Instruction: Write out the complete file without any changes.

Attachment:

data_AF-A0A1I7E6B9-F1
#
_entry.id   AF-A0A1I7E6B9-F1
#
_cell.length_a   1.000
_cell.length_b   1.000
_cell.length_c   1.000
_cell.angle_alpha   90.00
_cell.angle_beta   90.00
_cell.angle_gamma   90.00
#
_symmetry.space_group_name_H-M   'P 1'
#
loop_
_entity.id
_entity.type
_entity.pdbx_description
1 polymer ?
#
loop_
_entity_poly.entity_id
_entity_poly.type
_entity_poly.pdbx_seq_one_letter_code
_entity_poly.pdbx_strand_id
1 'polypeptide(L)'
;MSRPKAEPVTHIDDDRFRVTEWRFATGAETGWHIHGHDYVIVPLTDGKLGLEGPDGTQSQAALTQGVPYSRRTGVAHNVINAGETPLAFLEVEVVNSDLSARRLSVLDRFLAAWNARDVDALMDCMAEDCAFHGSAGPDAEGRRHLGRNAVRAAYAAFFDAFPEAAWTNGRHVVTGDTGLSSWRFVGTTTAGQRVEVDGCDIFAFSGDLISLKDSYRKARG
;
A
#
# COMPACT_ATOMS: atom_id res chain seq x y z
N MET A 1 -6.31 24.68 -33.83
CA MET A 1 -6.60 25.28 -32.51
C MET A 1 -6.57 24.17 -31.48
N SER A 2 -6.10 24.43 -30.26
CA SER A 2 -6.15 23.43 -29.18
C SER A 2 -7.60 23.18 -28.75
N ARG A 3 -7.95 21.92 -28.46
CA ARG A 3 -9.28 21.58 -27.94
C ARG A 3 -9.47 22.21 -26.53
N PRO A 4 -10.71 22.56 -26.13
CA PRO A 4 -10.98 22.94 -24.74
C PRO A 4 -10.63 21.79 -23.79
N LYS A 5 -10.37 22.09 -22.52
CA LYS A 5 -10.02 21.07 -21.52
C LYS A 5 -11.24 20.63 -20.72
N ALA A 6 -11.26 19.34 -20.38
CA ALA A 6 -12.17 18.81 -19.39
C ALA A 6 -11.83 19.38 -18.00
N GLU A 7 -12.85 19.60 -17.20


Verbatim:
data_AF-A0A1I7E6B9-F1
#
_entry.id   AF-A0A1I7E6B9-F1
#
_cell.length_a   1.000
_cell.length_b   1.000
_cell.length_c   1.000
_cell.angle_alpha   90.00
_cell.angle_beta   90.00
_cell.angle_gamma   90.00
#
_symmetry.space_group_name_H-M   'P 1'
#
loop_
_entity.id
_entity.type
_entity.pdbx_description
1 polymer ?
#
loop_
_entity_poly.entity_id
_entity_poly.type
_entity_poly.pdbx_seq_one_letter_code
_entity_poly.pdbx_strand_id
1 'polypeptide(L)'
;MSRPKAEPVTHIDDDRFRVTEWRFATGAETGWHIHGHDYVIVPLTDGKLGLEGPDGTQSQAALTQGVPYSRRTGVAHNVINAGETPLAFLEVEVVNSDLSARRLSVLDRFLAAWNARDVDALMDCMAEDCAFHGSAGPDAEGRRHLGRNAVRAAYAAFFDAFPEAAWTNGRHVVTGDTGLSSWRFVGTTTAGQRVEVDGCDIFAFSGDLISLKDSYRKARG
;
A
#
# COMPACT_ATOMS: atom_id res chain seq x y z
N MET A 1 -6.31 24.68 -33.83
CA MET A 1 -6.60 25.28 -32.51
C MET A 1 -6.57 24.17 -31.48
N SER A 2 -6.10 24.43 -30.26
CA SER A 2 -6.15 23.43 -29.18
C SER A 2 -7.60 23.18 -28.75
N ARG A 3 -7.95 21.92 -28.46
CA ARG A 3 -9.28 21.58 -27.94
C ARG A 3 -9.47 22.21 -26.53
N PRO A 4 -10.71 22.56 -26.13
CA PRO A 4 -10.98 22.94 -24.74
C PRO A 4 -10.63 21.79 -23.79
N LYS A 5 -10.37 22.09 -22.52
CA LYS A 5 -10.02 21.07 -21.52
C LYS A 5 -11.24 20.63 -20.72
N ALA A 6 -11.26 19.34 -20.38
CA ALA A 6 -12.17 18.81 -19.39
C ALA A 6 -11.83 19.38 -18.00
N GLU A 7 -12.85 19.60 -17.20